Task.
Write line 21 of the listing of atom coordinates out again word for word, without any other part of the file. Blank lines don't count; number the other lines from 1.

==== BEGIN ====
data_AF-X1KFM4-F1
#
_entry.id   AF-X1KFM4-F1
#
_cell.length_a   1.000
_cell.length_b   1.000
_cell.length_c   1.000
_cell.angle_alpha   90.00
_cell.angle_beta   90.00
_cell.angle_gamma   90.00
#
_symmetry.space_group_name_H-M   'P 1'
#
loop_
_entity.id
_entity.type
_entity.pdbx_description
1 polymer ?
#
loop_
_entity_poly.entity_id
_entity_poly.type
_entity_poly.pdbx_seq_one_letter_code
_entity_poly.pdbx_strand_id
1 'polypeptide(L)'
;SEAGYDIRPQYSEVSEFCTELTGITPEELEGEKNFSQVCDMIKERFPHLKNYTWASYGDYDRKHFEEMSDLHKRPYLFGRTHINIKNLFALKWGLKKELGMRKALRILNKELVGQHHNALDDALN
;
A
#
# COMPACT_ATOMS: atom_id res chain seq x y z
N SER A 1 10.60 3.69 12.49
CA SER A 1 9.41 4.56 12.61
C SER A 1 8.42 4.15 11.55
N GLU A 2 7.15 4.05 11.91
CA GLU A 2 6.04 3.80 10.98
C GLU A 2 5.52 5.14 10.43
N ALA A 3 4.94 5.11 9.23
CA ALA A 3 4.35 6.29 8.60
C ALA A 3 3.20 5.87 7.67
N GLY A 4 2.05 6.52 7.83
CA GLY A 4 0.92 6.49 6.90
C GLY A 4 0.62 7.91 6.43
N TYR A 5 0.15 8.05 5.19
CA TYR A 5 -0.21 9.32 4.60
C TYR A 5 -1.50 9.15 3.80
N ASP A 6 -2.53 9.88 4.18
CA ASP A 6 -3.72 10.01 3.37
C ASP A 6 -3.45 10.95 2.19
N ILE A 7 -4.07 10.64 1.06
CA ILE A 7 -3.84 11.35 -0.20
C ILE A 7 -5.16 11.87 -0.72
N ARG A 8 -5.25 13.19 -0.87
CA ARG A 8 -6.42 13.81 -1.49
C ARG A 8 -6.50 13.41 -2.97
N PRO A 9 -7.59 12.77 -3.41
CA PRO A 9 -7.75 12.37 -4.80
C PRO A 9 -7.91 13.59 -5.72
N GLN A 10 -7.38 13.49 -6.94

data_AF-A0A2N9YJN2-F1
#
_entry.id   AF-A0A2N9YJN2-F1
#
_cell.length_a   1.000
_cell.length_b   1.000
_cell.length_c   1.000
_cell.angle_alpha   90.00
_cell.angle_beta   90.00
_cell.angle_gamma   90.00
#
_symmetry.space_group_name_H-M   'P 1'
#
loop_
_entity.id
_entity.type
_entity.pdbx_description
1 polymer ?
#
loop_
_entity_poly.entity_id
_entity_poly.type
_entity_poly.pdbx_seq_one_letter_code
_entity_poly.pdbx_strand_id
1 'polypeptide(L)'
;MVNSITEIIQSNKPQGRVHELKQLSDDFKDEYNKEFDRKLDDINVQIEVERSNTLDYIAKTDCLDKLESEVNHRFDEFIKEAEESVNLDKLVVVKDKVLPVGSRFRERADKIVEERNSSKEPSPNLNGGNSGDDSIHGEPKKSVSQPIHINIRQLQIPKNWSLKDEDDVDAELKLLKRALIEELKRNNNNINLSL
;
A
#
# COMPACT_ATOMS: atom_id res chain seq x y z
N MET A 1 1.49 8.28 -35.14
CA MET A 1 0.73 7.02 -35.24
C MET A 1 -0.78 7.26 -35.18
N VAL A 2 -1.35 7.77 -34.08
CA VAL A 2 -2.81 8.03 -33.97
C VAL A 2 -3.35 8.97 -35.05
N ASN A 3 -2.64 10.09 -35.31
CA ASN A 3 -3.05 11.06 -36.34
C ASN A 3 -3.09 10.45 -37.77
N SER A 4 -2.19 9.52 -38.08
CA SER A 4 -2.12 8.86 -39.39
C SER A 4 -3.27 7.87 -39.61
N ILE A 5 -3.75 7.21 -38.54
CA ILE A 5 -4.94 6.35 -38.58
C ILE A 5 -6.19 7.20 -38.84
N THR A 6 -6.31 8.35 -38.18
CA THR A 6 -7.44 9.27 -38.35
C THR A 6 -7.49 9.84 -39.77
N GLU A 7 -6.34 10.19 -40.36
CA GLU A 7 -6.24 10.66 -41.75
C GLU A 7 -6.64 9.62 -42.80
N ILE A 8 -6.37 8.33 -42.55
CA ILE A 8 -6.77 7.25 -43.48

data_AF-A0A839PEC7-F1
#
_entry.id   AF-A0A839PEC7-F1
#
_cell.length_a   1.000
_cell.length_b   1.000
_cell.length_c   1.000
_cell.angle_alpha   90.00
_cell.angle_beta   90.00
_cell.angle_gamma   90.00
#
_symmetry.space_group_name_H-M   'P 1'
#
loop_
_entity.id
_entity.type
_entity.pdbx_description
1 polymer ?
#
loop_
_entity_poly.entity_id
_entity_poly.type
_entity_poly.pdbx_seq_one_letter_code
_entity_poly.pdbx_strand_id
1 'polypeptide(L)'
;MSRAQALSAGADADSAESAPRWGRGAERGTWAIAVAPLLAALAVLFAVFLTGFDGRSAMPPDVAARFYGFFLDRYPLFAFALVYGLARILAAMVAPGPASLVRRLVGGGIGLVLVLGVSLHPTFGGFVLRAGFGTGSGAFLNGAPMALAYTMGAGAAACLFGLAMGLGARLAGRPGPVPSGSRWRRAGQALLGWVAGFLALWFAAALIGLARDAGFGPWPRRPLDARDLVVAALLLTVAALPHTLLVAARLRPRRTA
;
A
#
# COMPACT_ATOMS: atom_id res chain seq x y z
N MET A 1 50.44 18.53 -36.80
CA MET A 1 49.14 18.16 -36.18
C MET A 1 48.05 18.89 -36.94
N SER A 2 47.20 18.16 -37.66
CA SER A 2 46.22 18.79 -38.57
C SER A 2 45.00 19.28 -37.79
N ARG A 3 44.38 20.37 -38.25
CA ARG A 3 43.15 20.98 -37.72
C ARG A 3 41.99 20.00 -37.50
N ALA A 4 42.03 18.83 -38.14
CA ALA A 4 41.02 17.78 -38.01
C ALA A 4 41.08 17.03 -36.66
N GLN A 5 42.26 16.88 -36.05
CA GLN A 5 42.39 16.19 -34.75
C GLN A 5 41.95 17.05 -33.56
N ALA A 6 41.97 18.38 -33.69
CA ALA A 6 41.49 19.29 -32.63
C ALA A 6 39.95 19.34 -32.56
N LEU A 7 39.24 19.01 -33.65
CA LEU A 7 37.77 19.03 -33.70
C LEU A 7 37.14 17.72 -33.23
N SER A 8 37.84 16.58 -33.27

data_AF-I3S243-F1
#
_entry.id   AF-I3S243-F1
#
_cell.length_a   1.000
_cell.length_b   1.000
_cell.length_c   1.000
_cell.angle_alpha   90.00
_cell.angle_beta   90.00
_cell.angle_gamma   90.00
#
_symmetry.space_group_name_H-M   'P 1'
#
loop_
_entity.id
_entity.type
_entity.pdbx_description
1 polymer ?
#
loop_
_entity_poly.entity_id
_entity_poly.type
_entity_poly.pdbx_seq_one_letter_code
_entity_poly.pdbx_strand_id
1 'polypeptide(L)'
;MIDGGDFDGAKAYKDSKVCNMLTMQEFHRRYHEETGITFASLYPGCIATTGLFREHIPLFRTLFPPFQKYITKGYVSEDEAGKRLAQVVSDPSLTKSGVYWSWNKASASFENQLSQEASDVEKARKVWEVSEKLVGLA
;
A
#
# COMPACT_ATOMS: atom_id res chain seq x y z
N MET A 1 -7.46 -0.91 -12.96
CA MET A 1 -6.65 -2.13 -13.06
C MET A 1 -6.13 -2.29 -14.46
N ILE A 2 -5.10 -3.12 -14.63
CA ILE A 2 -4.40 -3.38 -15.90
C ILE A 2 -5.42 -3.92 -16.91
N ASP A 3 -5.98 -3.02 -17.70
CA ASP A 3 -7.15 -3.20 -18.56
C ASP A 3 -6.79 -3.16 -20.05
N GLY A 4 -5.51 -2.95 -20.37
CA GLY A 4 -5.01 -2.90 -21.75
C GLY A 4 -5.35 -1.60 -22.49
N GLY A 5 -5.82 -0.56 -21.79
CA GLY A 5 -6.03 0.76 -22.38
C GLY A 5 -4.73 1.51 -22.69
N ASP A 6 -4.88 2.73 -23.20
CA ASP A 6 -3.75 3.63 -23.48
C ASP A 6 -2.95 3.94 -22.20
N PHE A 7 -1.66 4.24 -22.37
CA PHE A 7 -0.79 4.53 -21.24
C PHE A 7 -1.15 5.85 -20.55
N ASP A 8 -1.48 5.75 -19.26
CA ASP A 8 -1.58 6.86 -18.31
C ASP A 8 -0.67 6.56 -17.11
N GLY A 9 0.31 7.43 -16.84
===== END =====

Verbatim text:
_entity_poly.entity_id